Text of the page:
U.S. government won't restrict young farmers from helping out - WAOW - Newsline 9, Wausau News, Weather, Sports

U.S. government won't restrict young farmers from helping out

The federal government plans to take new steps to try to keep young farmers safe. The U.S. Department of Labor drafted a rule limiting what kind of work young people could do on the farm. But after receiving thousands of complaints, the department withdrew that proposal.

Dawn Mroczenski and her husband have raised three sons on their farm. For them, the family that works together, stays safe together.

"We're with them the whole while they're doing these jobs so if we see something that's putting them in danger, we can say something about that," said Dawn.

Dawn's 17-year-old son Luke agrees.

"They make sure I can handle it by myself, keep an eye on me until they know I'm 100% safe with what I'm doing," said Luke.

Luke said he enjoys helping out, both on his family farm and his neighbors'. But a proposed rule by the U.S. Department of Labor would have limited how much he could do. It would have stopped anyone under 18 from working in feed lots, grain bins and stock yards. Now, the rule did not include children working on family farms -- but Luke and other teens said they help others as well.

"Usually they're close enough friends or family that they wouldn't want you to get hurt either," said 17-year-old Danny Trimmer. "They'd feel just as bad."

According to the Center for Disease Control and Prevention, agriculture is one of the most dangerous trades. On average, more than 100 people under the age of 20 die from farm-related injuries each year. Most of those are between 16 and 19 years old.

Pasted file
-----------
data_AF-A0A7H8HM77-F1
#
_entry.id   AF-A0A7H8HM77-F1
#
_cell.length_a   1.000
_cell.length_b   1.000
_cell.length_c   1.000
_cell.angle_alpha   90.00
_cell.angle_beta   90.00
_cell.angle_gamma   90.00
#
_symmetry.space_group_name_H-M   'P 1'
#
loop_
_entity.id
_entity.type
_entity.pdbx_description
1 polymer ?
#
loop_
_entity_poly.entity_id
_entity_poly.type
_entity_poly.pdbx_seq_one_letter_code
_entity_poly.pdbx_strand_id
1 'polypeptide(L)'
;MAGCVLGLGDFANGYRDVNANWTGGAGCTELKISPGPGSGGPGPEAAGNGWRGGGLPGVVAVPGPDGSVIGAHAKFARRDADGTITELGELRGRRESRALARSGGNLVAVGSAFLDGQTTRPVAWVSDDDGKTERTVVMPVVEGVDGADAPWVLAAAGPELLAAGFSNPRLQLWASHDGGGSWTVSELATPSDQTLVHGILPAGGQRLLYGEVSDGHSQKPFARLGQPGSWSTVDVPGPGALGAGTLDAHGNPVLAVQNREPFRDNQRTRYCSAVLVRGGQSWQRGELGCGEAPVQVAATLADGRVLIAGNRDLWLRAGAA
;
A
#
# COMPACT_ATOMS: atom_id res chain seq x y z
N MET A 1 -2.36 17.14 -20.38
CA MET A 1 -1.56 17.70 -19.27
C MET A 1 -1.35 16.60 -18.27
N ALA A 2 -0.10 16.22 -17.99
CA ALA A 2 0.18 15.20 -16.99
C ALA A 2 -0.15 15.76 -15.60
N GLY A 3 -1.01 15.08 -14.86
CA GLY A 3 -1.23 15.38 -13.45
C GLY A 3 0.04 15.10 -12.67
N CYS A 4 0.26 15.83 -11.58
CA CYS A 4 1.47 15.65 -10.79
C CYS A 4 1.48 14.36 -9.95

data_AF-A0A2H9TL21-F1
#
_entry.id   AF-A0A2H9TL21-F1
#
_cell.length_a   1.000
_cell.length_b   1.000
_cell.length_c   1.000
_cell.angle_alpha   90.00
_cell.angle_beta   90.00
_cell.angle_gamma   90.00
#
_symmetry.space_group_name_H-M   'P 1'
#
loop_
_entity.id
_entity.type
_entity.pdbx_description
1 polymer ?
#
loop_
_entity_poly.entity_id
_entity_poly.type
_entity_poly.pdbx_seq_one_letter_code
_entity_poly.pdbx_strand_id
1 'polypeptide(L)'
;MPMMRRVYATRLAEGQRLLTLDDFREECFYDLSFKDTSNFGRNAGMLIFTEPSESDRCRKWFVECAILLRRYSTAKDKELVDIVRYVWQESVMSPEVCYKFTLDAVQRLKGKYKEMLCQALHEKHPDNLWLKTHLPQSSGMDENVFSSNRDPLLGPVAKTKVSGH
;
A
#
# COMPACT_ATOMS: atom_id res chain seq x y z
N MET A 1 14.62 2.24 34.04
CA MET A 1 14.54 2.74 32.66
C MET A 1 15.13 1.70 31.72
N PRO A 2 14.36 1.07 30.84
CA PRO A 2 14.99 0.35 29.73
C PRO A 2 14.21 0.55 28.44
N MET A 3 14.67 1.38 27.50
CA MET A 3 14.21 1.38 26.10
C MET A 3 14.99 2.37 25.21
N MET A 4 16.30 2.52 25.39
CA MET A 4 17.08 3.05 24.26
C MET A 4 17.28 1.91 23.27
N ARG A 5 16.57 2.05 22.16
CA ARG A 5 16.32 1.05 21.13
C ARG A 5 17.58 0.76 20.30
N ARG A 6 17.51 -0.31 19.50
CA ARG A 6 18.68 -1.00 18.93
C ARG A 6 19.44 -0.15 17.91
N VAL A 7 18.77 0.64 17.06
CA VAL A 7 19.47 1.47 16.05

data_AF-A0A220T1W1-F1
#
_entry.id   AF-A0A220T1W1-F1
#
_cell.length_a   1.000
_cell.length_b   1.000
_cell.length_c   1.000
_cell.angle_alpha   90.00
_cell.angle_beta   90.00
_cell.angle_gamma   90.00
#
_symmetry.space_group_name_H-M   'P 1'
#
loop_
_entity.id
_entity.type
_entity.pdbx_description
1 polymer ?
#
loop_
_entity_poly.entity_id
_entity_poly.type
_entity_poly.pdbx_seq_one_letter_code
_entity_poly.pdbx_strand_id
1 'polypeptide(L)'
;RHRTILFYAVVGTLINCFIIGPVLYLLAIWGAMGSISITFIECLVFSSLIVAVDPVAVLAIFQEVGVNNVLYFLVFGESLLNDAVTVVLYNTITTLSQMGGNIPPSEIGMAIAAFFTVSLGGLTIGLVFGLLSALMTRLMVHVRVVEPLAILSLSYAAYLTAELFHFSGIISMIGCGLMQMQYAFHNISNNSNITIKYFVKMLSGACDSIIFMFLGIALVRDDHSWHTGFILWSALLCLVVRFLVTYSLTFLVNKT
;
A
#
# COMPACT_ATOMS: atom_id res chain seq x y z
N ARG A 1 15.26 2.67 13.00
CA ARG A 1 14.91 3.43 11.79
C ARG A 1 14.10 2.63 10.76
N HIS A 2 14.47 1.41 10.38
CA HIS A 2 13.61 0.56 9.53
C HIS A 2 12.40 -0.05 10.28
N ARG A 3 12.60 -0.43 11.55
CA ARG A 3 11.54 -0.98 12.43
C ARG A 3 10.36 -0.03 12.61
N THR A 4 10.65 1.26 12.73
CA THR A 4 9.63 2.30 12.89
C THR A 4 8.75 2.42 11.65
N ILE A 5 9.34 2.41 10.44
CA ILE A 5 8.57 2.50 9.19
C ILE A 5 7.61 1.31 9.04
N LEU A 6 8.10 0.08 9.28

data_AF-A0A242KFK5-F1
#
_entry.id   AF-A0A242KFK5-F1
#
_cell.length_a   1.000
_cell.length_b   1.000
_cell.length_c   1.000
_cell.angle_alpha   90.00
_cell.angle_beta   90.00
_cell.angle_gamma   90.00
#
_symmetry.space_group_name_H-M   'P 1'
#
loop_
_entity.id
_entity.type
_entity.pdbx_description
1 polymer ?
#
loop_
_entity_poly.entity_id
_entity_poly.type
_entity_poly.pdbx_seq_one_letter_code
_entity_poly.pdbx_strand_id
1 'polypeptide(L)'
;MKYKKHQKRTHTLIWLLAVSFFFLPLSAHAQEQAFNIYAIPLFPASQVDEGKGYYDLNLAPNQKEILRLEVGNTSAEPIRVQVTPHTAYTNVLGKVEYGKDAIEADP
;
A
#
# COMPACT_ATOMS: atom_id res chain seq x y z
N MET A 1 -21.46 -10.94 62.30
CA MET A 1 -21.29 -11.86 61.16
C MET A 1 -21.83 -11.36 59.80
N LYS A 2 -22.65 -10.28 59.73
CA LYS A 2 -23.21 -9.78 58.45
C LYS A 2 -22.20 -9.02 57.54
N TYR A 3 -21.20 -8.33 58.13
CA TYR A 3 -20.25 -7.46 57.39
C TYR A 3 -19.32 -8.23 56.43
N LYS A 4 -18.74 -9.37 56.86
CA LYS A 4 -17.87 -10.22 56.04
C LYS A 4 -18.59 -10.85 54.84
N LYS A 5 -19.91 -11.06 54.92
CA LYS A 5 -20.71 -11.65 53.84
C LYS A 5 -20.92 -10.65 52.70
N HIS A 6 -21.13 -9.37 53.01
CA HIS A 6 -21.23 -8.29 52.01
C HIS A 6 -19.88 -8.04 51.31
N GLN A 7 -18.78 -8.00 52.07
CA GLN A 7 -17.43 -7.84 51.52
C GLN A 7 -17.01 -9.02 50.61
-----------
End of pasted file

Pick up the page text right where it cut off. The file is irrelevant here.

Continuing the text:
Child labor groups said they're stunned by the department's choice.

"There was tremendous heat, and I don't think it helped that it was an election year," said Child Labor Coalition coordinator Reid Maki. "A lot of conservatives made a lot of political hay out of this issue."

Now the Department of Labor will take a different approach. Government officials said they'll work with farm groups to teach young workers how to stay safe. And many young workers said they'll keep looking to their parents for guidance.

"A parent would care enough about their kid to teach them adequate safety rules and make sure that their kid's informed enough to not be hurt," said Luke.

"That's the last thing your parents going to want to do, is get your son or daughter hurt so they'll definitely take the right steps," said Danny.

In Wisconsin, minors under the age of 12 are technically not supposed to work on farms. But younger children can work -- outside school hours -- under their parents' supervision.

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